Copyright (C) Lloyd A. King, 2006

DISCLAIMER: All poems are the intellectual property of the poets involved and cannot be reproduced without permission.

Monday, March 3, 2008

Dessa Byrd Reed, USO Volunteer, Poet

I have known Dessa Byrd Reed, author of THE BUTTERFLY TOUCH and SEVEN BRIDGES, for many years. She is a gifted poet and teacher. She donates her time to the USO at Palm Springs International Airport. In her column "Poetic Living," originally publishing in January 2008 in our local publication The Desert Woman, she has this to say about poetry:

Life itself, with its intense emotions, is poetry ~ just as poetry reflects life. Living poetically is acute awareness ~ how we interpret people, places, and things. It is about originality and creativity. Our daily “routine” can be an adventure poem of imagination and fantasy or it can be a dark poem of drama and lessons learned.

What a profound summation of the poet-warrior's journey. People such as Aaron Gilbert and Lloyd King are certainly acutely aware of life in all its fullness. I adore Dessa's insights and highly recommend her Web site,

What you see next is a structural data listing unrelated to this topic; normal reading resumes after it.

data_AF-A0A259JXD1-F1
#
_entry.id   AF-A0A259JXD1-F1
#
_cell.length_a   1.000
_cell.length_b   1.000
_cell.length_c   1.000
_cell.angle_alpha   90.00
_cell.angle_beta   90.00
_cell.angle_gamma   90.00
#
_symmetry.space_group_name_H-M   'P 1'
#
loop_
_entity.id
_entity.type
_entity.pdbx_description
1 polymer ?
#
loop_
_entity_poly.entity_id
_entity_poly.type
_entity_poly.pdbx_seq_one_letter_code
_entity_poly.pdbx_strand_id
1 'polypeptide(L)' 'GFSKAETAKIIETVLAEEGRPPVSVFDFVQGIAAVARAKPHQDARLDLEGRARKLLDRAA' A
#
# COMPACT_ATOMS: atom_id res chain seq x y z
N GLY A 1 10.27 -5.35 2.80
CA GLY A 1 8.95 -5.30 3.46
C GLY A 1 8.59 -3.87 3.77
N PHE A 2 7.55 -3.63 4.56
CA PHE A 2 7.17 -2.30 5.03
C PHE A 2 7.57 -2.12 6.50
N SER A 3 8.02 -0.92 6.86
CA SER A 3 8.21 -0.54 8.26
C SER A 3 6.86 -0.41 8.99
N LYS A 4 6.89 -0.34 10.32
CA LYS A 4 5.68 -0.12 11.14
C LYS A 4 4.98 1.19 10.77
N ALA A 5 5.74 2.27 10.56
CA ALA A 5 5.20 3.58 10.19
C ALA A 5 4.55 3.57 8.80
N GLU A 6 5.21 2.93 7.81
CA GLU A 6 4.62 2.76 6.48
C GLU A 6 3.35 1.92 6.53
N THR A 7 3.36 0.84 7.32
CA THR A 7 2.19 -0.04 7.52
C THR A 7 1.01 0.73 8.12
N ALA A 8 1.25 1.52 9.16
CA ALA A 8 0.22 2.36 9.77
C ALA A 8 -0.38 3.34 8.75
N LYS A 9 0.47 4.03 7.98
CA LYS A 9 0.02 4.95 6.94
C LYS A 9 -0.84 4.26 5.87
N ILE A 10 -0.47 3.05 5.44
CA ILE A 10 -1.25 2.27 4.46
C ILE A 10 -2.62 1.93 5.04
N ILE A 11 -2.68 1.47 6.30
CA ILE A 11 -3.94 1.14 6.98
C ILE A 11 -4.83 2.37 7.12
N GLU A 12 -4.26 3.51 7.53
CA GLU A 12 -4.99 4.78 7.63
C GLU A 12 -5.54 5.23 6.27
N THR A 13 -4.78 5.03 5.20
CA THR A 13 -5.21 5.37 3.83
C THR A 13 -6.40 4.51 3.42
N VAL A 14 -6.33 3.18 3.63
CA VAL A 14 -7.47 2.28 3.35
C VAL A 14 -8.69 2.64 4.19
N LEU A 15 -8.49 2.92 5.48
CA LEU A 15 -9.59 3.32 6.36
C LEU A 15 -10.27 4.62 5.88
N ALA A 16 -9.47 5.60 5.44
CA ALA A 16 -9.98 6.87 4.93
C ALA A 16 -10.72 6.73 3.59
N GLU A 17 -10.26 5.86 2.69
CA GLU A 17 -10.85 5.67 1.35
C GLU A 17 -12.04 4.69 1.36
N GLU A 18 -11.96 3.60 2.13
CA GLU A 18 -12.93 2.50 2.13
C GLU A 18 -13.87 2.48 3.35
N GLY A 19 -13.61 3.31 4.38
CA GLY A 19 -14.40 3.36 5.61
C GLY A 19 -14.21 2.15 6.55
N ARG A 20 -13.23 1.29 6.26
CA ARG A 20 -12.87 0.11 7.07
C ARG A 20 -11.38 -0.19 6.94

Sunday, March 2, 2008

The Marine


Sergeant Aaron M. Gilbert, US Marine Corps

Note: Sergeant Gilbert is well known on the Internet and among patriotic Web sites for his writings. We honor Sergeant Gilbert's family and their sacrifice. We support Corporal Gilbert and applaud his service and sacrifice. We also thank people like Richard Carlson, US Navy (Ret.), and his wife Merlene, for bringing Sergeant Gilbert's message to the public that supports American soldiers.

We all came together,

Both young and old

To fight for our freedom,

To stand and be bold.

In the midst of all evil,

We stand our ground,

And we protect our country

From all terror around.

Peace and not war,

Is what some people say.

But I'll give my life,

So you can live the American way.

I give you the right
To talk of your peace.
To stand in your groups,
and protest in our streets.

But still I fight on,
I don't bitch, I don't whine.
I'm just one of the people
Who is doing your time.

I'm harder than nails,
Stronger than any machine.
I'm the immortal soldier,